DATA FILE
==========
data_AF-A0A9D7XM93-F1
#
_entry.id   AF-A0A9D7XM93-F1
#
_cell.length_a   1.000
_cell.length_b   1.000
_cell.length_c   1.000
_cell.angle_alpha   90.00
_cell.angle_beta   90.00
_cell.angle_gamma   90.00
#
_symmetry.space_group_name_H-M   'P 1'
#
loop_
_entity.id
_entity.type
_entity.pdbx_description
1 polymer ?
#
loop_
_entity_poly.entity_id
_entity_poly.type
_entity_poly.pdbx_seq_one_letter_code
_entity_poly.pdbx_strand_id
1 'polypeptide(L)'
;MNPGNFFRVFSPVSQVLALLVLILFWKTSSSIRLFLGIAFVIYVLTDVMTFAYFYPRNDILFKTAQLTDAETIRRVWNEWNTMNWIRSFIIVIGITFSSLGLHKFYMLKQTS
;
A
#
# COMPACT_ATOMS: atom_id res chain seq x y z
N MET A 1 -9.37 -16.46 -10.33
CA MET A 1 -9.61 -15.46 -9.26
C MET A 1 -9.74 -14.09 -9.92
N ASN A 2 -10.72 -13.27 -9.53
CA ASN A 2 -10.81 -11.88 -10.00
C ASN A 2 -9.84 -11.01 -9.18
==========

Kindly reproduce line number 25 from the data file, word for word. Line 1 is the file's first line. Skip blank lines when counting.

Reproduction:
1 'polypeptide(L)'